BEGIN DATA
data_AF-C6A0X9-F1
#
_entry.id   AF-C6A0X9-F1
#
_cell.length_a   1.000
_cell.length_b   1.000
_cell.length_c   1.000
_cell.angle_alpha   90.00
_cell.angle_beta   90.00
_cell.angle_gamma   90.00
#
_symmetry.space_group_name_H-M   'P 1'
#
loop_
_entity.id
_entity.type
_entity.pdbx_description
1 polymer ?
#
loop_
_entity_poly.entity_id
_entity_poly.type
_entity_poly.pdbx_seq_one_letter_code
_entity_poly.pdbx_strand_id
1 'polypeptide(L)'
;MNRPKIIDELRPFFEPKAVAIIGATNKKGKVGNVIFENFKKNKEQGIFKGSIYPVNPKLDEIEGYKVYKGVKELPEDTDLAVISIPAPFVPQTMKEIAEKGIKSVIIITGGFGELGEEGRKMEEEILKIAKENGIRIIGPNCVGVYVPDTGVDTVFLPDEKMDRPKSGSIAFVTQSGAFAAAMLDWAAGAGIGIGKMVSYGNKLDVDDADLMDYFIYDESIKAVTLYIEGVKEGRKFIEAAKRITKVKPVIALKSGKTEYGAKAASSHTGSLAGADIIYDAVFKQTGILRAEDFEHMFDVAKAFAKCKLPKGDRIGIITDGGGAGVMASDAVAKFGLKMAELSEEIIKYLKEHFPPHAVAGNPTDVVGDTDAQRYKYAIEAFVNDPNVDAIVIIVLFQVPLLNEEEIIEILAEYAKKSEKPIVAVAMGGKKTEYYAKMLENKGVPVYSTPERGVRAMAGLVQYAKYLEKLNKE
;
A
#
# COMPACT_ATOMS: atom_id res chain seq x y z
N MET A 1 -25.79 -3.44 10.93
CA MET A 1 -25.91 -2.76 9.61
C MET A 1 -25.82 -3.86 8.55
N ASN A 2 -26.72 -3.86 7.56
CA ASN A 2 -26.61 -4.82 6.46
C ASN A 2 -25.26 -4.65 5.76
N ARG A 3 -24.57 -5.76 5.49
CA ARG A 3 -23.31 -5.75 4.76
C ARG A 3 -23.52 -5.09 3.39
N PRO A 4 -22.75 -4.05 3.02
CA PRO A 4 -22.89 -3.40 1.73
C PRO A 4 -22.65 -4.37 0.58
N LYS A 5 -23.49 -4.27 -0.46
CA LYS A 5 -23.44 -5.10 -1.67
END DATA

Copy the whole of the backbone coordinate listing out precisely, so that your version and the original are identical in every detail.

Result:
data_AF-C6A0X9-F1
#
_entry.id   AF-C6A0X9-F1
#
_cell.length_a   1.000
_cell.length_b   1.000
_cell.length_c   1.000
_cell.angle_alpha   90.00
_cell.angle_beta   90.00
_cell.angle_gamma   90.00
#
_symmetry.space_group_name_H-M   'P 1'
#
loop_
_entity.id
_entity.type
_entity.pdbx_description
1 polymer ?
#
loop_
_entity_poly.entity_id
_entity_poly.type
_entity_poly.pdbx_seq_one_letter_code
_entity_poly.pdbx_strand_id
1 'polypeptide(L)'
;MNRPKIIDELRPFFEPKAVAIIGATNKKGKVGNVIFENFKKNKEQGIFKGSIYPVNPKLDEIEGYKVYKGVKELPEDTDLAVISIPAPFVPQTMKEIAEKGIKSVIIITGGFGELGEEGRKMEEEILKIAKENGIRIIGPNCVGVYVPDTGVDTVFLPDEKMDRPKSGSIAFVTQSGAFAAAMLDWAAGAGIGIGKMVSYGNKLDVDDADLMDYFIYDESIKAVTLYIEGVKEGRKFIEAAKRITKVKPVIALKSGKTEYGAKAASSHTGSLAGADIIYDAVFKQTGILRAEDFEHMFDVAKAFAKCKLPKGDRIGIITDGGGAGVMASDAVAKFGLKMAELSEEIIKYLKEHFPPHAVAGNPTDVVGDTDAQRYKYAIEAFVNDPNVDAIVIIVLFQVPLLNEEEIIEILAEYAKKSEKPIVAVAMGGKKTEYYAKMLENKGVPVYSTPERGVRAMAGLVQYAKYLEKLNKE
;
A
#
# COMPACT_ATOMS: atom_id res chain seq x y z
N MET A 1 -25.79 -3.44 10.93
CA MET A 1 -25.91 -2.76 9.61
C MET A 1 -25.82 -3.86 8.55
N ASN A 2 -26.72 -3.86 7.56
CA ASN A 2 -26.61 -4.82 6.46
C ASN A 2 -25.26 -4.65 5.76
N ARG A 3 -24.57 -5.76 5.49
CA ARG A 3 -23.31 -5.75 4.76
C ARG A 3 -23.52 -5.09 3.39
N PRO A 4 -22.75 -4.05 3.02
CA PRO A 4 -22.89 -3.40 1.73
C PRO A 4 -22.65 -4.37 0.58
N LYS A 5 -23.49 -4.27 -0.46
CA LYS A 5 -23.44 -5.10 -1.67